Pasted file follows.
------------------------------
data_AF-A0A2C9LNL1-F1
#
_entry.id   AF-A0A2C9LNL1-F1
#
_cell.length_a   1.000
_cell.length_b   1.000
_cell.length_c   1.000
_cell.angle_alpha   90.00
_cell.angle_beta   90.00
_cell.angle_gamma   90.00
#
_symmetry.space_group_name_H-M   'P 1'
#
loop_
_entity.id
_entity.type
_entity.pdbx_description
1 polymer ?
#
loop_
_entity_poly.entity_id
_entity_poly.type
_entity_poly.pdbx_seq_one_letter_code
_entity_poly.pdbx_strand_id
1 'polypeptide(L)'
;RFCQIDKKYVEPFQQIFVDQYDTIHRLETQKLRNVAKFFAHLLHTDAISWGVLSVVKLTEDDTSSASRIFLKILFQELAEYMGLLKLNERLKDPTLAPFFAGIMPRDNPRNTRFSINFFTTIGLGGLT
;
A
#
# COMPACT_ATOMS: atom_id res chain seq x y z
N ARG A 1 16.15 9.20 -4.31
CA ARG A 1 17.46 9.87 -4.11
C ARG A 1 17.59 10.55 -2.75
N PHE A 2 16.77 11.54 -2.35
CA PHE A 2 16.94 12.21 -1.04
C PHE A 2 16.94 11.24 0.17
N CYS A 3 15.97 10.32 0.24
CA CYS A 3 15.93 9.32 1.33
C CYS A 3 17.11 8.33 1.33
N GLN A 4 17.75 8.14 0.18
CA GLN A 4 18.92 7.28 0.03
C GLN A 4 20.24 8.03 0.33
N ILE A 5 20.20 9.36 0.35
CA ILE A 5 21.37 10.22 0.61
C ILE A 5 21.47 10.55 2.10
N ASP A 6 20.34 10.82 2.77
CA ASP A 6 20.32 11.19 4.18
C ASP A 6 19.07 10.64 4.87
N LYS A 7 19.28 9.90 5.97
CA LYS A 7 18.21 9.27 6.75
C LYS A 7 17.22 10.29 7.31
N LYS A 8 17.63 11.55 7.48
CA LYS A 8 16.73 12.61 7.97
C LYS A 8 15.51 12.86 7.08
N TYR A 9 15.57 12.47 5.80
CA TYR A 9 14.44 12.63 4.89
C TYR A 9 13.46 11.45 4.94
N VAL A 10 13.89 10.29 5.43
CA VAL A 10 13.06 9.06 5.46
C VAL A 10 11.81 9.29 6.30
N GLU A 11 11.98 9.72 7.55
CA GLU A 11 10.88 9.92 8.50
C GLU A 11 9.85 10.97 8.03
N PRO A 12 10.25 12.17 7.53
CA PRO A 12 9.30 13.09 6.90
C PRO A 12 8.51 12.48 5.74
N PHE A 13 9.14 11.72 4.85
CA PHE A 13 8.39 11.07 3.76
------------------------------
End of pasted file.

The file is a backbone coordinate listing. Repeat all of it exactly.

data_AF-A0A2C9LNL1-F1
#
_entry.id   AF-A0A2C9LNL1-F1
#
_cell.length_a   1.000
_cell.length_b   1.000
_cell.length_c   1.000
_cell.angle_alpha   90.00
_cell.angle_beta   90.00
_cell.angle_gamma   90.00
#
_symmetry.space_group_name_H-M   'P 1'
#
loop_
_entity.id
_entity.type
_entity.pdbx_description
1 polymer ?
#
loop_
_entity_poly.entity_id
_entity_poly.type
_entity_poly.pdbx_seq_one_letter_code
_entity_poly.pdbx_strand_id
1 'polypeptide(L)'
;RFCQIDKKYVEPFQQIFVDQYDTIHRLETQKLRNVAKFFAHLLHTDAISWGVLSVVKLTEDDTSSASRIFLKILFQELAEYMGLLKLNERLKDPTLAPFFAGIMPRDNPRNTRFSINFFTTIGLGGLT
;
A
#
# COMPACT_ATOMS: atom_id res chain seq x y z
N ARG A 1 16.15 9.20 -4.31
CA ARG A 1 17.46 9.87 -4.11
C ARG A 1 17.59 10.55 -2.75
N PHE A 2 16.77 11.54 -2.35
CA PHE A 2 16.94 12.21 -1.04
C PHE A 2 16.94 11.24 0.17
N CYS A 3 15.97 10.32 0.24
CA CYS A 3 15.93 9.32 1.33
C CYS A 3 17.11 8.33 1.33
N GLN A 4 17.75 8.14 0.18
CA GLN A 4 18.92 7.28 0.03
C GLN A 4 20.24 8.03 0.33
N ILE A 5 20.20 9.36 0.35
CA ILE A 5 21.37 10.22 0.61
C ILE A 5 21.47 10.55 2.10
N ASP A 6 20.34 10.82 2.77
CA ASP A 6 20.32 11.19 4.18
C ASP A 6 19.07 10.64 4.87
N LYS A 7 19.28 9.90 5.97
CA LYS A 7 18.21 9.27 6.75
C LYS A 7 17.22 10.29 7.31
N LYS A 8 17.63 11.55 7.48
CA LYS A 8 16.73 12.61 7.97
C LYS A 8 15.51 12.86 7.08
N TYR A 9 15.57 12.47 5.80
CA TYR A 9 14.44 12.63 4.89
C TYR A 9 13.46 11.45 4.94
N VAL A 10 13.89 10.29 5.43
CA VAL A 10 13.06 9.06 5.46
C VAL A 10 11.81 9.29 6.30
N GLU A 11 11.98 9.72 7.55
CA GLU A 11 10.88 9.92 8.50
C GLU A 11 9.85 10.97 8.03
N PRO A 12 10.25 12.17 7.53
CA PRO A 12 9.30 13.09 6.90
C PRO A 12 8.51 12.48 5.74
N PHE A 13 9.14 11.72 4.85
CA PHE A 13 8.39 11.07 3.76